At one end of the court, they guarded the right guy at the wrong time. At the other end, a freshman guard and not the senior who got them here took the final shot, only to see the ball bounce off the rim.
Maybe you believed (or hoped) that the unpredictable nature of college basketball in March and the most unlikely results of all – Georgia’s tornado-aided run last year in the SEC – set up nicely for another late-season miracle, this time by Georgia Tech.
But not this season. Not this team. Some teams in some seasons aren’t just meant to take their fans on emotional roller coasters. Some, like this year’s Yellow Jackets, just are meant to fall short early and use that as a template for the entire year.
“Every once in a while you’d like to see a pass get tipped or something,” Tech coach Paul Hewitt said Friday. “You’d like to see somebody on the other team miss a free throw or a jump shot. It just didn’t happen to us this year.”
The Jackets lost to Florida State, 64-62. They won one game in the ACC tournament. That’s only one less victory than they had in the conference all season, so maybe we shouldn’t be too greedy.
Tech finished 12-19, its most losses since going 4-23 in 1981. Hewitt called it one of his most “personally frustrating” seasons. But he praised his players’ effort, as he had done most of the season.
His most difficult year? “No,” he said, reserving that distinction for the 2005-06 team, whose effort he questioned. “Nobody had ever questioned how hard my teams played,” Hewitt said. “That year, they did. That bothered me. They said, ‘Your team is soft.’ That was the worst year I ever had.”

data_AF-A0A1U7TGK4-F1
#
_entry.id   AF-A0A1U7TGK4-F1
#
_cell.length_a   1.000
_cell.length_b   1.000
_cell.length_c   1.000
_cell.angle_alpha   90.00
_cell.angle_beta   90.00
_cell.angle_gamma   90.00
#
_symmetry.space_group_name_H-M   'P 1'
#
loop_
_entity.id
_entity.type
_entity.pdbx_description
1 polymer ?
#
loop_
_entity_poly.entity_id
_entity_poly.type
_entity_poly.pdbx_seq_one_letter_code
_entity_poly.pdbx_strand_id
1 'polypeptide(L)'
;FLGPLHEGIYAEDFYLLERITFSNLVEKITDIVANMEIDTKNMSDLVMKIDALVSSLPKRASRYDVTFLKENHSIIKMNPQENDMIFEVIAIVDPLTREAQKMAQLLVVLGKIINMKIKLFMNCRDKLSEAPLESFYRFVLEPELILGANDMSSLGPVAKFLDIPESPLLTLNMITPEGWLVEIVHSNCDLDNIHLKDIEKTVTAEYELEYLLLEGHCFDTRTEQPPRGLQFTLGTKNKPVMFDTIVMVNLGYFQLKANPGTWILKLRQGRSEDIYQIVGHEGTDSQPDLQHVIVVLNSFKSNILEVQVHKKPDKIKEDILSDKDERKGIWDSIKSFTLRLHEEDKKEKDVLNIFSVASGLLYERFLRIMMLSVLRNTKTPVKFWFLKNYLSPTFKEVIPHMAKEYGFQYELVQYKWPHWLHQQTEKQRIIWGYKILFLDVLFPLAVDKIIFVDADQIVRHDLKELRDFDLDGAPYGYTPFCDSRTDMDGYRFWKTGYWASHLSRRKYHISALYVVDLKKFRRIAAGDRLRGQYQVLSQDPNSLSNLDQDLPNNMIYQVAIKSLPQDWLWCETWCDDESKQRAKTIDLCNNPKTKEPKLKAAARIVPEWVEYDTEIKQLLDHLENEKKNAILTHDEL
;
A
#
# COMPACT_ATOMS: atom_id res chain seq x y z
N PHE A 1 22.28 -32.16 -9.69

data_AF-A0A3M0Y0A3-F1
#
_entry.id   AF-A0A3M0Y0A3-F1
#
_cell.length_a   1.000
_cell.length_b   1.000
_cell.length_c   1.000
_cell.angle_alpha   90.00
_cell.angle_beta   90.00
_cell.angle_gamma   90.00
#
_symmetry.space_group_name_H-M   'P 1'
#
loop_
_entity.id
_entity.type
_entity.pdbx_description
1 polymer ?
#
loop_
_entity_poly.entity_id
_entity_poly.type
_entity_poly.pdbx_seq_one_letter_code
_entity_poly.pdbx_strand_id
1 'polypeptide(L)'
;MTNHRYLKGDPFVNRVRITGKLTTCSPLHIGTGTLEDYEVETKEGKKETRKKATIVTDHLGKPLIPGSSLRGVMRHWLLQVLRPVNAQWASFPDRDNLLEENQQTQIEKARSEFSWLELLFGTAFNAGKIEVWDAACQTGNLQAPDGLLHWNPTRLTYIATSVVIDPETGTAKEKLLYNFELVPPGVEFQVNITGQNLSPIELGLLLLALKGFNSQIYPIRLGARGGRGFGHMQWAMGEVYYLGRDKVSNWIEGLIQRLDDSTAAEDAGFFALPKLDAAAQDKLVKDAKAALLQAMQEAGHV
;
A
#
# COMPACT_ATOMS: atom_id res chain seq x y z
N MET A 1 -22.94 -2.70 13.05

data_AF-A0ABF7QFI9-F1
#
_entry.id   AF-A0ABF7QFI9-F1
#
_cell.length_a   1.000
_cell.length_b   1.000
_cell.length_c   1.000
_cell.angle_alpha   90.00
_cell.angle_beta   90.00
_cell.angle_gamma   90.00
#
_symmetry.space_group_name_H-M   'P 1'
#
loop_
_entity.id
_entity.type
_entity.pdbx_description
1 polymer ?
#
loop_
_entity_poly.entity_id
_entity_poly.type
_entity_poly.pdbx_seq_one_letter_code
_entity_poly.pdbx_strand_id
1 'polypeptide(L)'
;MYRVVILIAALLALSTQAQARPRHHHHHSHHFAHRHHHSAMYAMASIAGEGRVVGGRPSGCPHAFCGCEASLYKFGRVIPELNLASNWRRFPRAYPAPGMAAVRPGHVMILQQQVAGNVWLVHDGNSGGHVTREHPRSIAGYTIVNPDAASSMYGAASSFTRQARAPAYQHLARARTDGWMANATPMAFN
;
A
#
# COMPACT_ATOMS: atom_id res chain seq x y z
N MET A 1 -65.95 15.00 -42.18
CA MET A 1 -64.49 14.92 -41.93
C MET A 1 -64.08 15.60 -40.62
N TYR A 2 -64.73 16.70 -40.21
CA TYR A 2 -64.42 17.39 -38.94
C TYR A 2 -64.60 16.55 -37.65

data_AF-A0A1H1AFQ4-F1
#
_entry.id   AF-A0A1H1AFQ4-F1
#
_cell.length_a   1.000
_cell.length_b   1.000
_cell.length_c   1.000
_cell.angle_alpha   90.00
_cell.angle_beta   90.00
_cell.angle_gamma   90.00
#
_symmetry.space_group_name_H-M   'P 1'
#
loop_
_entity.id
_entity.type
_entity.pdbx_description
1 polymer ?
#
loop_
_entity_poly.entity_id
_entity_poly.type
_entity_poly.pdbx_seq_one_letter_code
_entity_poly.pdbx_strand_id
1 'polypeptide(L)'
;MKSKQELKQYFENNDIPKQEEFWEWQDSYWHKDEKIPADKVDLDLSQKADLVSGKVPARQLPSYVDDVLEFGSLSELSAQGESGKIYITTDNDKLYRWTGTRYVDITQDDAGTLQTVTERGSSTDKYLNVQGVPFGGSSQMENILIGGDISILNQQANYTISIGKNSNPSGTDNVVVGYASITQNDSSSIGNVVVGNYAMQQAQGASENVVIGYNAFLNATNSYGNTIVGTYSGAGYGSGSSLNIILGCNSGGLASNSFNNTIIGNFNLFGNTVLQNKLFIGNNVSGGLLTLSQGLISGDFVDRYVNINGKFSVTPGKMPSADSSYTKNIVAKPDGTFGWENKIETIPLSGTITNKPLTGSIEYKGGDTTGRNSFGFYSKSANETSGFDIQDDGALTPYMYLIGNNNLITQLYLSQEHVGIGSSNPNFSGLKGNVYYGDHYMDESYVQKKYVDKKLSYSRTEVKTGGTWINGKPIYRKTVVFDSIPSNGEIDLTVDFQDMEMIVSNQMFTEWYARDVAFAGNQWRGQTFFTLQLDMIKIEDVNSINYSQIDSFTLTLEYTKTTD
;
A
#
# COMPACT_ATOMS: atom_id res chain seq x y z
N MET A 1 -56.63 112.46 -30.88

Problem is, this is where we are now at Tech: comparing bad seasons. Having missed the NCAA tournament three of the past four years, Hewitt isn’t revered by a segment of the fan base the same way he was during the 2004 Final Four run.
He denies ever feeling heat. He said “three out of every four” comments or letters he receives are positive. So I’m just guessing that most of the other 25 percent are the ones e-mailing me. That said, he has one of the nation’s top recruiting classes coming in next season, so it would have been foolish and shortsighted to make a change.
Even so, the win over Clemson on Thursday probably provided some needed relief. Beating Florida State and advancing to today’s semis against North Carolina would’ve bordered on Utopia.
They came close. Again.
Zach Peacock’s baseline jumper gave Tech a 62-61 lead with 29 seconds left. FSU answered, but not the way Hewitt expected. Before an inbounds play with 7.7 seconds left, he had the Jackets focus almost solely on the Seminoles’ best player, Toney Douglas. But it was Derwin Kitchen who took the inbounds pass, cut to the basket and scored on a reverse lay-up. An ensuing free throw made the score 64-62.
Hewitt said, “I second-guess myself,” for not spending more time addressing other inbounds scenarios with his players.
The Jackets tried to come back. But Iman Shumpert drove the lane when he was unable to pass out to Lewis Clinch (who had 57 points in two tournament games), and his shot was off the mark.
Looking for answers amid the losing, Hewitt recently phoned a friend on the staff of Notre Dame coach Mike Brey. “He went through something like this a few years ago,” Hewitt said. “They were losing every game at the buzzer. I was just curious. How did he not lose his mind? He said to just stay positive.”
He did that. His temperament never changed. But neither did the losing.